The statute of limitations, provides for time limitation for bringing a lawsuit to enforce payment of debt or obligation.This period of limitation starts from the date of unconditional promise to pay the debt or an acknowledgement of the debt. The time limitation on bringing a lawsuit to enforce payment of the debt is suspended until the time agreed for payment, established under the promise or acknowledgment has arrived. Upon that due date, the period of limitations will start again.
Filing of claim before IRP/ RP /Liquidator
Let’s examine whether the law of limitation will be applicable on the following.
a). Claims of creditors being filed with IRP / RP during the CIRP process.
b). Claims of creditors being filed with Liquidator during the liquidation process.
As far as the Code is concerned, Section 238A of the Code, restricts the operation of the provisions of the “Limitation Act,1963” to the proceedings or appeals before the Adjudicating Authority (AA) the National Company Law Appellate Tribunal (NCLAT), the Debt Recovery Tribunal (DRT) or the Debt Recovery Appellate Tribunal (DRAT) only, as the case may be.
# Section 238. Provisions of this Code to override other laws. -
The provisions of this Code shall have effect notwithstanding anything inconsistent therewith contained in any other law for the time being in force or any instrument having effect by virtue of any such law.
# Section 238A. Limitation. –
The provisions of the Limitation Act, 1963 (36 of 1963) shall, as far as may be, apply to the proceedings or appeals before the Adjudicating Authority, the National Company Law Appellate Tribunal, the Debt Recovery Tribunal or the Debt Recovery Appellate Tribunal, as the case may be. (This section was inserted in the Code w.e.f. 06.06.2018)
As far as the claims of creditors filed with IRP / RP during CIRP process is concerned, Section 238A of the Code read with non obstante clause Section 238, limits the operation of the provisions of the Limitation Act, 1963 (36 of 1963) to the proceedings or appeals before the Adjudicating Authority, the National Company Law Appellate Tribunal, the Debt Recovery Tribunal or the Debt Recovery Appellate Tribunal, as the case may be,
Important SCI judgement on Limitation & right to debt.
Hon’ble SCI (20.04.1992) Punjab National Bank And Ors vs Surendra Prasad Sinha (Criminal Appeal No. 254 of 1992.) held that;
- "The rules of limitation are not meant to destroy the rights of the parties. Section 3 of the Limitation Act only bars the remedy, but does not destroy the right which the remedy relates to. The right to the debt continues to exist notwithstanding the remedy is barred by the limitation. Only exception in which the remedy also becomes barred by limitation is the right is destroyed. Though the right to enforce the debt by judicial process is barred, the right to debt remains. The time barred debt does not cease to exist by reason of s.3. That right can be exercised in any other manner than by means of a suit. The debt is not extinguished, but the remedy to enforce the liability is destroyed. What s.3. refers only to the remedy but not to the right of the creditors. Such debt continues to subsists so long as it is not paid. It is not obligatory to file a suit to recover the debt."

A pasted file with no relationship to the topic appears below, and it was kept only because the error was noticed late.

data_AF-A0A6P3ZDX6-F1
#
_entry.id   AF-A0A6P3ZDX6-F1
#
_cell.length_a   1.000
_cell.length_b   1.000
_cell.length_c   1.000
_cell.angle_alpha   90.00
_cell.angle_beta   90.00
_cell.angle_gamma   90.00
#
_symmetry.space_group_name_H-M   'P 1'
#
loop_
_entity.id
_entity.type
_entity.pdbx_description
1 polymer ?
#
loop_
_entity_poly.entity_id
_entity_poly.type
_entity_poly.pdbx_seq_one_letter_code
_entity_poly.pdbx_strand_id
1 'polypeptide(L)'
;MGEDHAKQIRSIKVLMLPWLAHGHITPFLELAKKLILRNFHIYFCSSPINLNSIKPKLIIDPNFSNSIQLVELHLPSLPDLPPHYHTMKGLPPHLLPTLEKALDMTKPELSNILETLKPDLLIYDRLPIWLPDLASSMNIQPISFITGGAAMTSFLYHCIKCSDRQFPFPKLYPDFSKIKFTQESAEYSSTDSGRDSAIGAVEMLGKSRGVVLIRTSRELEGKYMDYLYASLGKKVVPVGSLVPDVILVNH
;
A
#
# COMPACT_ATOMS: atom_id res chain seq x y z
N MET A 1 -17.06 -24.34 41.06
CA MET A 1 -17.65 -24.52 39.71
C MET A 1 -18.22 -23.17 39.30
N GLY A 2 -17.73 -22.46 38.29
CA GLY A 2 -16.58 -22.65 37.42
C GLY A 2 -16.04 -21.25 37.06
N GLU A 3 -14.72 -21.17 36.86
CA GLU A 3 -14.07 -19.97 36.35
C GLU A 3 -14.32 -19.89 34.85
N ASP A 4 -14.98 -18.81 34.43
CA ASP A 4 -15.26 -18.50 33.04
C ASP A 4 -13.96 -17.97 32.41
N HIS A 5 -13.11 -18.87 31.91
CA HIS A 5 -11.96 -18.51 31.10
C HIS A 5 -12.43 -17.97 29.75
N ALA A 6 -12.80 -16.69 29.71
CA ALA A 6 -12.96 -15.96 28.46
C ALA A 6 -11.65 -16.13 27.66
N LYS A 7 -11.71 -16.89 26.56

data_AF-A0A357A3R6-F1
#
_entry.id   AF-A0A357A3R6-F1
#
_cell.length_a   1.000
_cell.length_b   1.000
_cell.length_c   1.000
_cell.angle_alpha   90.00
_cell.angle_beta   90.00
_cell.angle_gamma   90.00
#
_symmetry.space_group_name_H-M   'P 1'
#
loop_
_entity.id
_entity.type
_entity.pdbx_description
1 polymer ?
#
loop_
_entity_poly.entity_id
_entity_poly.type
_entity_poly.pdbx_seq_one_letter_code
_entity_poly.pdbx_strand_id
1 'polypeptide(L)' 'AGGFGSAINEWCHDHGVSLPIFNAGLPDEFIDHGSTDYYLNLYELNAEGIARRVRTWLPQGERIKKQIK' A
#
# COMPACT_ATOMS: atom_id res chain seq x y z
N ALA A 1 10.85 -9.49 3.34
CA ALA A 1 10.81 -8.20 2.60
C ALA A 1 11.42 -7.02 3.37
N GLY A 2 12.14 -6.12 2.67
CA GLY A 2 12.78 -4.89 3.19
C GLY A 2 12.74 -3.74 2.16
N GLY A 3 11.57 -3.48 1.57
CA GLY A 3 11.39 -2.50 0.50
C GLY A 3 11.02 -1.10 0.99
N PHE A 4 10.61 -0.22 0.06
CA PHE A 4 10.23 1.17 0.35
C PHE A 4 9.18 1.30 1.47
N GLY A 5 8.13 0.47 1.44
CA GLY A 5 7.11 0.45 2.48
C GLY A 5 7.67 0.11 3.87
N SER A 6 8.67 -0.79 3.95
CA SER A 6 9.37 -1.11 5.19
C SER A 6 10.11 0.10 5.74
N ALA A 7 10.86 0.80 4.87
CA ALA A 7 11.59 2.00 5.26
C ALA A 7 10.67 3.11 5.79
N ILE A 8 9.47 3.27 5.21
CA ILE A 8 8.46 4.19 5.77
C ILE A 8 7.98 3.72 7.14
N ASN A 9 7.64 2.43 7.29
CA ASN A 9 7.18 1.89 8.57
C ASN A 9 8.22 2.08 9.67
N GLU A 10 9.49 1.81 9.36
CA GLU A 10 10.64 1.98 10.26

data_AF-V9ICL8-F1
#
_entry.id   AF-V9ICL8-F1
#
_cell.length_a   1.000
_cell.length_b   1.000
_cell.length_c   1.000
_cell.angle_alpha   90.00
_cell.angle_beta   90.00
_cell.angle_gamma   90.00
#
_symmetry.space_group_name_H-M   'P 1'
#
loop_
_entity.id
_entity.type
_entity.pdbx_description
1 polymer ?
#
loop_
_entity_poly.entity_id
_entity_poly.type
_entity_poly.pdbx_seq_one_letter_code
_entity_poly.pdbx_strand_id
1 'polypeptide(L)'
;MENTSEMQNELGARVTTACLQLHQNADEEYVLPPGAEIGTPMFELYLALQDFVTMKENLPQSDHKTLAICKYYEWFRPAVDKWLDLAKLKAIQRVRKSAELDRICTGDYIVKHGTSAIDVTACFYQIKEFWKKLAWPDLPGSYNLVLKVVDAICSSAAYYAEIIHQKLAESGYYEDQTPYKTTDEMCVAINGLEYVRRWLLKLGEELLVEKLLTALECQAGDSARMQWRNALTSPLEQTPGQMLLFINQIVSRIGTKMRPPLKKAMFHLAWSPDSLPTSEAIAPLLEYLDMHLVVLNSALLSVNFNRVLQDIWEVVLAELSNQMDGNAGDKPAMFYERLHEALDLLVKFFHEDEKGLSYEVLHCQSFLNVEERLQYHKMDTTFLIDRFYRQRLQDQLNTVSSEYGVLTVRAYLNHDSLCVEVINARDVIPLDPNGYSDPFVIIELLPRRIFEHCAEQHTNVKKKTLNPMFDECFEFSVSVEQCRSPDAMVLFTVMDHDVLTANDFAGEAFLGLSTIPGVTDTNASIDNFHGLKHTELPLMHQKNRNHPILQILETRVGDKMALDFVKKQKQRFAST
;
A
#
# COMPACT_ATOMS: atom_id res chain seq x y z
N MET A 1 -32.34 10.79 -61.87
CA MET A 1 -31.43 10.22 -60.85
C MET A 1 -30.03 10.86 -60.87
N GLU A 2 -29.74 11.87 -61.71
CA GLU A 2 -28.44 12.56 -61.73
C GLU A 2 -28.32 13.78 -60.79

Claim under CIRP, cannot be rejected on the grounds that it is time barred.
NCLAT (31.07.2019) in Sunil Kumar Aggarwal Vs. New Okhla Industrial Development Authority & Ors.[Company Appeal (AT) (Insolvency) No. 775 of 2019] held that the Interim Resolution Professional will examine the claim submitted by the Applicant and the same will not be rejected on the basis that it is time barred or filed by an entity other than Financial Creditor. The Adjudicating Authority had already made it crystal clear that “the claim can’t be rejected because it is time barred or it is claimed by an entity other than a financial creditor.”
As far as the claims of creditors being filed with Liquidator during the liquidation process are concerned, the following is an interesting provision of the “The Limitation Act, 1963.
# Section 3. Bar of limitation.
(1) Subject to the provisions contained in sections 4 to 24 (inclusive), every suit instituted, appeal preferred, and application made after the prescribed period shall be dismissed, although limitation has not been set up as a defence.
(2) For the purposes of this Act,-
- (a) a suit is instituted,-
- (ii) in the case of a pauper, when his application for leave to sue as a pauper is made; and
- (iii) in the case of a claim against a company which is being wound up by the court, when the claimant first sends in his claim to the official liquidator;
Section 3(2)(a)(iii)] of the “The Limitation Act. 1963, provides that the claim of a creditor submitted to the Liquidator in the liquidation process of a company, will fall under the definition of the institution of a suit, hence will attract the provisions of “The Limitation Act”.
However Section 238A of the Code read with non obstante clause Section 238, prevents the applicability of the provisions of “The Limitation Act, 1963” on the claims of creditors being submitted to Liquidator during liquidation process under “IBC, 2016”
1. Insolvency and Bankruptcy Code, 2016
2. The Limitation Act. 1963
3. eBook "Claims of Creditors" by Arvind Mangla, a publication of Amazon Kindle Store..
Disclaimer: The sole purpose of this write-up is to create awareness on the subject and must not be used as a guide for taking or recommending any action or decision. A reader must do his own research and seek professional advice if he intends to take any action or decision in the matters covered in this write-up.
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